South Africa has scrapped its stringent rules for foreigners entering the country with children, which long caused confusion and scuppered the holiday plans for some British travellers.
The country’s Minister of Home Affairs, Dr Aaron Motosaledi, this week signed a waiver which as of November 8 put an end to the requirement for families to have the unabridged birth certificates of their children when entering the country.
The rules were introduced in 2015 and instructed parents travelling with children under 18 to provide full unabridged birth certificates showing the names of both parents or consent letters for all international travel to and from South Africa.
If one parent was travelling alone with their children they were required to show that they had been given the consent of the other parent in the form of a signed affidavit.
Scrapping these laws means that children from countries where visas are not required to travel to South Africa, including the UK and Ireland, will no longer be required to bring a consent letter or an unabridged birth certificate to travel to and from the country.
The rules were brought in to combat child trafficking but resulted in holidaying families being turned away at the gate at UK airports if they did not have the exact documentation.
Minister Motsoaledi said: “This improvement in our admissions policy builds on the work the department has been doing to contribute to economic growth and investment. As of Friday, November 8, 2019, foreign children can enter and depart the country without being required to provide birth certificates, consent letters and other supporting documents relating to proof of parentage.”
He added: “We anticipate that this change will have a positive impact on tourism as we approach the holiday season.”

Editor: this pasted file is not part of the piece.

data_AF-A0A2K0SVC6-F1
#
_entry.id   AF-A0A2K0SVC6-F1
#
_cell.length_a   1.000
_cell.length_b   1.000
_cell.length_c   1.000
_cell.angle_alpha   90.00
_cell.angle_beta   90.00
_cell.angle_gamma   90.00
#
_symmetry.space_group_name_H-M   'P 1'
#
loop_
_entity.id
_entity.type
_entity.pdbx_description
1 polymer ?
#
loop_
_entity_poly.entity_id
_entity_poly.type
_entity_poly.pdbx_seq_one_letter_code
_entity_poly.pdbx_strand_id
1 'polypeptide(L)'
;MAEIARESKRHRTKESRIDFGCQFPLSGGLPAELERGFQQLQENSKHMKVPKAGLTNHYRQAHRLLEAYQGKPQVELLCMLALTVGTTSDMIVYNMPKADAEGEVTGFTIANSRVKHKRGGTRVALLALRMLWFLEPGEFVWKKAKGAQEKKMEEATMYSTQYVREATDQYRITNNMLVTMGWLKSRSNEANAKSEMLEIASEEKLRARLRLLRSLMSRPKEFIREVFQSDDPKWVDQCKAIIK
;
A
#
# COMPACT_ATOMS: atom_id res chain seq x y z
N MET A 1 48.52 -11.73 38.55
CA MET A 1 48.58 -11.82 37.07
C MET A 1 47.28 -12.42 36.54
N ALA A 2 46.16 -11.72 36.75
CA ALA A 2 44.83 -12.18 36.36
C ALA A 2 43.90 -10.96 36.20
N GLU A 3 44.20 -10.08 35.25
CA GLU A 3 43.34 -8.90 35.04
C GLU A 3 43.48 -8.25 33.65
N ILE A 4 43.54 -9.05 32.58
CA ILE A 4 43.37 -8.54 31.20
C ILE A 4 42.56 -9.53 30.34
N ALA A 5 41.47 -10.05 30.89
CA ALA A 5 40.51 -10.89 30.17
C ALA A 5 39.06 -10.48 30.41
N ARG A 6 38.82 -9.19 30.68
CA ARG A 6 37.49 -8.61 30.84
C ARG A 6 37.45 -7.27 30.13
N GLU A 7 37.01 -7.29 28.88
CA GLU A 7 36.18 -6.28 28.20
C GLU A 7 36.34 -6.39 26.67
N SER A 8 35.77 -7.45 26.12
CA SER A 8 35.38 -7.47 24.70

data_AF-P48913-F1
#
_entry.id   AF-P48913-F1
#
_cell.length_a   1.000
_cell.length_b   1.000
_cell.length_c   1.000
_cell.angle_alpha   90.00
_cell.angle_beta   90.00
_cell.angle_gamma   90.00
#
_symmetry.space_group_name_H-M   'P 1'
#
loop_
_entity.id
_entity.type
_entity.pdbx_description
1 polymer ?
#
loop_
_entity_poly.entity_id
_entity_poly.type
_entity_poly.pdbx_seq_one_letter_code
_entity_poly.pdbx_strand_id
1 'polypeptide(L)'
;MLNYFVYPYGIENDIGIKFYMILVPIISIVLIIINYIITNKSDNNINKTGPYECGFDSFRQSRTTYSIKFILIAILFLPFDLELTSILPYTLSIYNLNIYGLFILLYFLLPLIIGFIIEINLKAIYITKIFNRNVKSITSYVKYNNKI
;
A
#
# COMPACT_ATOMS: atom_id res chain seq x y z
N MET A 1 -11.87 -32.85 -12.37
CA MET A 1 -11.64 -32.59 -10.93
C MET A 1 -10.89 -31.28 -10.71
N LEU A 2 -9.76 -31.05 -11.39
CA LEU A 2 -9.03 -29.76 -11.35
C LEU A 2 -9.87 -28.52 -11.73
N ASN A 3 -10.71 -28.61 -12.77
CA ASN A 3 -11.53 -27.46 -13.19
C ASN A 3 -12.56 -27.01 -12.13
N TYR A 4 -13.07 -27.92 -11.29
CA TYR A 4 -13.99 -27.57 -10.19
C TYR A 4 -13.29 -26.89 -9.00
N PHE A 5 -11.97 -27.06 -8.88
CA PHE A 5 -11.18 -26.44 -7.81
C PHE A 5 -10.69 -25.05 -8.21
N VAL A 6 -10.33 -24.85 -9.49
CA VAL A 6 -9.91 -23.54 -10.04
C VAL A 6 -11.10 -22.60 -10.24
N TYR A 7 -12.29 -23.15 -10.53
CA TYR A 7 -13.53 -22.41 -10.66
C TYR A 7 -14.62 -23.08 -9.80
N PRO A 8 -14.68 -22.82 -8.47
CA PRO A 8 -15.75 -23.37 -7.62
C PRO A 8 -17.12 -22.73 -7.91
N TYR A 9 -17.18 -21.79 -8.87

South Africa Tourism told Telegraph Travel that the change was effective immediately and that airlines have been informed.
The head of South Africa’s tourist board Sisa Ntshona told Telegraph Travel in 2018 that the “quite stringent” rules had contributed to a lack of growth in the number of visitors from the UK since 2015.
A spokesperson for G Adventures, which offers family holidays to South Africa, told Telegraph Travel: “We are delighted with the recent changes in the regulations relating to British family travellers entering South Africa.
“While tougher restrictions have made travelling more challenging for families in the past, we hope the relaxed entry regulations will prompt an increase in UK families travelling to experience the amazing diversity and experiences on offer in South Africa.”
South Africa first said last year that families would no longer need to carry unabridged birth certificates as of December 1, 2018. However, the country’s home affairs ministry warned travellers that they should still carry the documents. The government decided to change the laws as it became clear they were having a negative impact on tourism
Confusion ensued when South Africa failed to communicate the rule relaxation to airlines. The UK foreign office advice still states: “South Africa reserves the right to request a copy of the child’s unabridged birth certificate before granting entry, at the discretion of individual immigration officers.”
In December 2018, Telegraph Travel spoke to a Virgin Atlantic customer Paul Denning who was caught out by the confusion. Mr Denning, his wife, son and daughter arrived at the check-in desk at Heathrow in December last year and were told they did not have the required documentation to travel.
A lack of clarity around the entry rules predated the December 2018 rule relaxation. Telegraph Travel reported that in January 2018 that families were still being caught out by the rules introduced in June 2015, with some being turned back at the airport and missing out on holiday plans worth thousands of pounds.
Foreign children who require a visa for South Africa do not need to carry additional documents for inspection at port of entry since these will have been processed with their visa applications.
South African children will still need to provide supporting documents in line with the country’s Children’s Act. This also applies to unaccompanied foreign children.